I'm trying to develop a model to forecast the behavior of the public... specifically, in horse racing.

Most models in horse racing use whether or not the horse won as the dependent variable and then use a variety of predictive variables within the independent set.

The public does the same thing as a whole, however, they tend to over bet and/or under bet certain variables. What are some techniques for capturing this behavior in a logit model?

The core problem I'm having... If I were to use a variable the public tends to over bet, the model would automatically discount it slightly and thus nullify any potential advantage a fundamental model would have over it.

Make sense? Any thoughts?

  • $\begingroup$ Note that "multinomial" LR refers to models that predict the probability an observation is in 1 of >2 categories, NOT using multiple IVs to predict 2 categories (winning vs losing). Likewise mlogit is an R package for fitting such models. $\endgroup$ – gung - Reinstate Monica Oct 9 '14 at 19:21
  • $\begingroup$ Right... I'm not a "stats" guy so I'm probably messing up the vocabulary. In STATA, the tool I use is "conditional logistic regression" ... those who do the same thing in this space have referred to it as multinomial, multiple etc. Essentially, a race is a group, the dependent is 1 or 0 for win or loss etc. $\endgroup$ – TravisVOX Oct 9 '14 at 19:41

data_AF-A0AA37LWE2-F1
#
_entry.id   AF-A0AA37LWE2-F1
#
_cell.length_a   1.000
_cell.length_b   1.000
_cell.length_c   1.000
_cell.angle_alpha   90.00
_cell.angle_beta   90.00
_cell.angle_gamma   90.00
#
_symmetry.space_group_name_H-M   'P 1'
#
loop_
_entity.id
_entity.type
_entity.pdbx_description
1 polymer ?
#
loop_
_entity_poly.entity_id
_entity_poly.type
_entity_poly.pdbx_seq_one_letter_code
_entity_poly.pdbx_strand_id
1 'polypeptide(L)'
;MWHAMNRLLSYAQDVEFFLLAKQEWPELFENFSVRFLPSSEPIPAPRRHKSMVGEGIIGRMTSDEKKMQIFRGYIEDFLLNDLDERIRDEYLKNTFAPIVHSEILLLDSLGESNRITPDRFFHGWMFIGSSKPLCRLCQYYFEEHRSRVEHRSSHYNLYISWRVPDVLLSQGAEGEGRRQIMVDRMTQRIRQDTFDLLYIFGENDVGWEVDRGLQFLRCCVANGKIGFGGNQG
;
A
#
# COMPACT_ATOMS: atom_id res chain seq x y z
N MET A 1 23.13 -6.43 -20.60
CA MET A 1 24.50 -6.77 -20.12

• $\begingroup$ My comment wasn't intended as criticism; only as information. The terminology is not as intuitive (or consistently used) as one might prefer. $\endgroup$ – gung - Reinstate Monica Oct 9 '14 at 19:46
  • $\begingroup$ I'm totally unfamiliar with betting on horse races. In a pari-mutuel, do the bettors know how much has already been wagered on each horse? $\endgroup$ – JenSCDC Oct 9 '14 at 20:06
  • $\begingroup$ Yes, throughout the wagering, the $ bet on each horse is known. I'm trying to forecast this value in advance of the race. $\endgroup$ – TravisVOX Oct 9 '14 at 20:13

You should look into the Brunswik lens model.

To better understand how people are betting, use what they bet to win as your response variable, not what actually won. Then the parameters estimate the log odds they are intuitively using.


The posted odds should reflect the "market"'s consensus because the bookies will set them in order minimize their exposure to the outcome of the race. So if you use the posted odds (or the associated probabilities, or the order of finish they predict) as your dependent variable, you should be able to find out what influences the public's behavior.

  • $\begingroup$ Thanks, Andy. In a multinomial logit model, however, the ultimate outcome can be a set of probabilities that sums to one which gives me a useful set of data. If I were to regress say the ultimate odds, then the final set would not sum to one. I'm using pari-mutuel odds in this case... no bookies, so the odds are purely a % of the total money bet in the race. Ultimately, the multinomial logit approach is what I'm trying to do, but capturing where the public over/under bets is the challenge. $\endgroup$ – TravisVOX Oct 9 '14 at 19:25
  • $\begingroup$ And I thought I had a good answer:( But if you're using odds as the dependent variable, you wouldn't need to use logistic regression, since the odds are a continuous variable. $\endgroup$ – JenSCDC Oct 9 '14 at 20:03

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